Letters

Letters 09-26-2016

Welcome To 1984 The Democrat Party, the government education complex, private corporations and foundations, the news media and the allpervasive sports and entertainment industry have incrementally repressed the foundational right of We the People to publicly debate open borders, forced immigration, sanctuary cities and the calamitous destruction of innate gender norms...

Grow Up, Kachadurian Apparently Tom Kachadurian has great words; too bad they make little sense. His Sept. 19 editorial highlights his prevalent beliefs that only Hillary and the Dems are engaged in namecalling and polarizing actions. Huh? What rock does he live under up on Old Mission...

Facts MatterThomas Kachadurian’s “In the Basket” opinion deliberately chooses to twist what Clinton said. He chooses to argue that her basket lumped all into the clearly despicable categories of the racist, sexist, homophobic , etc. segments of the alt right...

Turn Off Fox, Kachadurian I read Thomas Kachadurian’s opinion letter in last week’s issue. It seemed this opinion was the product of someone who offered nothing but what anyone could hear 24/7/365 on Fox News; a one-sided slime job that has been done better by Fox than this writer every day of the year...

Let’s Fix This Political Process Enough! We have been embroiled in the current election cycle for…well, over a year, or is it almost two? What is the benefit of this insanity? Exorbitant amounts of money are spent, candidates are under the microscope day and night, the media – now in action 24/7 – focuses on anything and everything anyone does, and then analyzes until the next event, and on it goes...

Can’t Cut Taxes 

We are in a different place today. The slogan, “Making America Great Again” begs the questions, “great for whom?” and “when was it great?” I have claimed my generation has lived in a bubble since WWII, which has offered a prosperity for a majority of the people. The bubble has burst over the last few decades. The jobs which provided a good living for people without a college degree are vanishing. Unions, which looked out for the welfare of employees, have been shrinking. Businesses have sought to produce goods where labor is not expensive...

Wrong About Clinton In response to Thomas Kachadurian’s column, I have to take issue with many of his points. First, his remarks about Ms. Clinton’s statement regarding Trump supporters was misleading. She was referring to a large segment of his supporters, not all. And the sad fact is that her statement was not a “smug notion.” Rather, it was the sad truth, as witnessed by the large turnout of new voters in the primaries and the ugly incidents at so many of his rallies...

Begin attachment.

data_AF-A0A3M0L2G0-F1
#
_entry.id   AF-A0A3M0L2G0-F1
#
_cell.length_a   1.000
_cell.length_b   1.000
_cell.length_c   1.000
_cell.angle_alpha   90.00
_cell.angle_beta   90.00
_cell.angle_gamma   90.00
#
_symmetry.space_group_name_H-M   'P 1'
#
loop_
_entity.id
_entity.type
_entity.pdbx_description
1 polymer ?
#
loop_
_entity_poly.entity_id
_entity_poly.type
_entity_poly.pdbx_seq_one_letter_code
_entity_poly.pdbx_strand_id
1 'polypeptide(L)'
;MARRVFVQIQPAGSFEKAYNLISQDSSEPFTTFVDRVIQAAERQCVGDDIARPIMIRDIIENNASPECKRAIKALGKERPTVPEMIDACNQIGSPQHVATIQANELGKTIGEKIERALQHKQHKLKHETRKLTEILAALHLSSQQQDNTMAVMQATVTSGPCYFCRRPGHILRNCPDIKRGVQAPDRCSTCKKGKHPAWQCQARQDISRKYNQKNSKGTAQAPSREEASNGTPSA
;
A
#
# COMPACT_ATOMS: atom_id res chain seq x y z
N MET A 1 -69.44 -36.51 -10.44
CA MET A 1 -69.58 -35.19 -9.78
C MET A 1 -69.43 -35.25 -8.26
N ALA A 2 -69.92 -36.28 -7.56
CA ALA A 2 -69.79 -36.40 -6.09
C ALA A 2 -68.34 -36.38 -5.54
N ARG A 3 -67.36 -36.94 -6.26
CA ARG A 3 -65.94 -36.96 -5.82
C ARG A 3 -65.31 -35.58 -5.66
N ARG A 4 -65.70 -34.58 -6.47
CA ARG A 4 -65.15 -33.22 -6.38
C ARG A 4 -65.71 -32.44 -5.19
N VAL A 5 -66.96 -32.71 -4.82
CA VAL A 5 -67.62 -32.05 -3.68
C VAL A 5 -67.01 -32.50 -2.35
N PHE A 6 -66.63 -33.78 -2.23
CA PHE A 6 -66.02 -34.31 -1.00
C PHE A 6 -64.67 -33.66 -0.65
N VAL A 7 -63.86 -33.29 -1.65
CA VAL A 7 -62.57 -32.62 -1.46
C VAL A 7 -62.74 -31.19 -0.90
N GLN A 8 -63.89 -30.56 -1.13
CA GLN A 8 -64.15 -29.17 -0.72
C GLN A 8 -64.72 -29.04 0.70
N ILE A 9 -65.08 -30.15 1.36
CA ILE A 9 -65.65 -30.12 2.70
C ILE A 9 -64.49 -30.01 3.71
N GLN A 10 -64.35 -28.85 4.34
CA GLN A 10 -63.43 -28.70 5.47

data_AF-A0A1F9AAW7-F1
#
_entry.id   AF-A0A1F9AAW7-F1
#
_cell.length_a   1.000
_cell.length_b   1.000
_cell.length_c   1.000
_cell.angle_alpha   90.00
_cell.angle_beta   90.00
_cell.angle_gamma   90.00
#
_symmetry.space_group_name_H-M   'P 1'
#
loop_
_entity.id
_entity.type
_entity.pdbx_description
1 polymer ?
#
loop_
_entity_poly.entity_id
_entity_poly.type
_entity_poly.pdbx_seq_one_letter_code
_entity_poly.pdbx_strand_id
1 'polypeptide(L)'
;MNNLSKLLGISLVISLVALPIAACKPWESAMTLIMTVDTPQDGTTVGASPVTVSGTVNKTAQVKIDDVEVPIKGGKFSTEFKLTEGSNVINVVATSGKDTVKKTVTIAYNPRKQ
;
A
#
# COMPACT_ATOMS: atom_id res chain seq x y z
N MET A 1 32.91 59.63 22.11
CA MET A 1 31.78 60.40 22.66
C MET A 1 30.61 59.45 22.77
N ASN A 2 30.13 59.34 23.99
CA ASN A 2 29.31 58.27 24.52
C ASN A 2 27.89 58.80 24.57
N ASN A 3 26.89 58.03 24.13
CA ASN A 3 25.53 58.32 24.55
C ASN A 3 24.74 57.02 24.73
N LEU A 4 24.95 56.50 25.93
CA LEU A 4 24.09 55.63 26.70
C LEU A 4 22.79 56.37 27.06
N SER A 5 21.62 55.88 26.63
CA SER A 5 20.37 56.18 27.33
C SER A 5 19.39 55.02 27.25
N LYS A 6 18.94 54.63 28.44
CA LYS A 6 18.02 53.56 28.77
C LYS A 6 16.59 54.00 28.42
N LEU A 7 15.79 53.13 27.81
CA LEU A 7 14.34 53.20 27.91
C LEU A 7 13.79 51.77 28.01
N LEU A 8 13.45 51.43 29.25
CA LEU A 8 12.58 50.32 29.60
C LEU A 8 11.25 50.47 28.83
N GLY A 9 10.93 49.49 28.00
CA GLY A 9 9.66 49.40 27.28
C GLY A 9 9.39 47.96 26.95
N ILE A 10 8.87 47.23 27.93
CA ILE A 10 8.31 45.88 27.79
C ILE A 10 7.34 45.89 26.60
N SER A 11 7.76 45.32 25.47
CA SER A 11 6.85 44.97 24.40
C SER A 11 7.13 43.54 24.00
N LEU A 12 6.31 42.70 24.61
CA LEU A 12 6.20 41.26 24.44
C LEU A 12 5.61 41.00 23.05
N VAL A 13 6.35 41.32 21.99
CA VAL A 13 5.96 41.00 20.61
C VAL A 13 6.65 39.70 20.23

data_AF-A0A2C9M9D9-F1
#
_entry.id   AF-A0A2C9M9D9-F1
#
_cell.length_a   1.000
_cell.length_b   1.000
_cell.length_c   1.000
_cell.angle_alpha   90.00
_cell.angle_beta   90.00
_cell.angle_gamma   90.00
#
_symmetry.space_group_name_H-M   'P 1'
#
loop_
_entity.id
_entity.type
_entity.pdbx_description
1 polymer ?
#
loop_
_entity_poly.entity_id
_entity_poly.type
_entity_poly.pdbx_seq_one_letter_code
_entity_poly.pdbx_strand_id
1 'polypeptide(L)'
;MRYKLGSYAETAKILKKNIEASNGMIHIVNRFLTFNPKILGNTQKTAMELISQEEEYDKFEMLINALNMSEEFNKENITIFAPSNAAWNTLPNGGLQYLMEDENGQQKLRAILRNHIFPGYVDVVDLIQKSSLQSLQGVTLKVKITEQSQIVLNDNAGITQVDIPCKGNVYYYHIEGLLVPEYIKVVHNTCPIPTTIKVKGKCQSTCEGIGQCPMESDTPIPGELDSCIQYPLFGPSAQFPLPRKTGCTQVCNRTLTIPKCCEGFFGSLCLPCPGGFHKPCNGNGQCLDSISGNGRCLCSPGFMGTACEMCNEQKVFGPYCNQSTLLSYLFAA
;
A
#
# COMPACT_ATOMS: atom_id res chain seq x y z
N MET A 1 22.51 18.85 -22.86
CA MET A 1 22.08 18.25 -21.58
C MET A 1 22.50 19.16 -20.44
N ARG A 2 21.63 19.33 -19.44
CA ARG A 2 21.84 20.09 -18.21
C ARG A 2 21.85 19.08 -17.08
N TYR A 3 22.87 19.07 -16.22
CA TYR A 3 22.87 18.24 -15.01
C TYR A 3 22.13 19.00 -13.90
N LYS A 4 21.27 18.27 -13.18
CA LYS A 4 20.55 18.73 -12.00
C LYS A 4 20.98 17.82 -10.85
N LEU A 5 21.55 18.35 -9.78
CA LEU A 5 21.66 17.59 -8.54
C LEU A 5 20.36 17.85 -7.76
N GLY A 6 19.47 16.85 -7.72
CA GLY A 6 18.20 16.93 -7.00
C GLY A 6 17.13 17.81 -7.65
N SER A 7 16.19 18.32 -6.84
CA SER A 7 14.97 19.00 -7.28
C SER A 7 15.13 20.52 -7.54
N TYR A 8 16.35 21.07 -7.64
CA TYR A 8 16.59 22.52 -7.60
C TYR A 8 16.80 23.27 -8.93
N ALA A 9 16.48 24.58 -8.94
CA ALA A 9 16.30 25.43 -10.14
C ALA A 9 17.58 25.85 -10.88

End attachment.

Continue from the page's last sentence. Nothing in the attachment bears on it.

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4Plat: Moondoggies, Middle Brother, Tino Ghost, Twilight Singers 4/11/11

Kristi Kates - April 11th, 2011
Moondoggies - Tidelands - Hardly Art
Seattle harmony-fans Moondoggies (think Crosby Stills and Nash, not Gidget) teamed up with Erik Blood, Kurt Bloch, and Phil Ek for this set, which finds the band in a more determined mood production-wise, and a more shoegazey mood musically (firmly within their Americana vibe, of course.) They’re strong on the melodies, too, with plenty of songs that offer hooks without pandering to radio - retrofied organ sounds coupled with simply mic’d pianos and guitars set the groundwork for songs like the languid, drawling “It’s a Shame, It’s a Pity,” the violin-seasoned “Lead Me On,” and the chugging, organ-tuneful “Down the Well.”




Middle Brother - Middle Brother - Partisan Records
Featuring singers from Delta Spirit (Matthew Vasquez), Dawes (Taylor Goldsmith), and Deer Tick (John McCauley), the wittily-named trio brings a wealth of indie rock and folk experience to this project and to the album itself, which recorded in something of an old-school tone, much like some thrown-together basement tapes (albeit with far better equipment.) A bluesy-garage sound permeates tracks like “Blue Eyes,” “Someday,” “Blood and Guts,” and “Million Dollar Bill,” while a more folksy approach is taken on tunes like the acoustic ballads “Wilderness” and “Thanks for Nothing,” and the ‘70s-inspired “Theater.”





Tino Ghost - Until Autumn - CDB
Los Angeles musician Jay Rivera - aka Tino Ghost - takes the “singer-songwriter” label to the next level, with a nice balance of alterna-folk and rich pop influences. Featuring dense guitars and pianos and chilled-out vocals, the arrangements here are concise, while the songs tell tales of aggrevation over slowly dissipating dreams, failing relationships, and an attempt to keep everything together. The dichotomy between the pretty melodies and the somewhat serious, introspective lyrics keeps things interesting without veering too far into the melodramatic, and Rivera/Ghost himself has the talent and the skill to pull off such complexities.




Twilight Singers - Dynamite Steps - Sub Pop
Best known for his work with Afghan Whigs, Greg Dulli’s latest project - well, one of two, the other being Gutter Twins - offers up its first album in five years, although it makes only a minor impact. “Last Night in Town” opens the set in reverse motion with a piano flourish and rumbling low end, moving fairly quickly on to “Be Invited” (featuring Mark Lanegan on backing vocals), “On the Corner,” and the Joseph-Arthur-featuring “Gunshots.” A slow shift in the middle of the tracklisting begins with the pretty “She Was Stolen,” and continues in a quieter fashion through “Never Seen No Devil” and “The Beginning of the End” to close the set.
 
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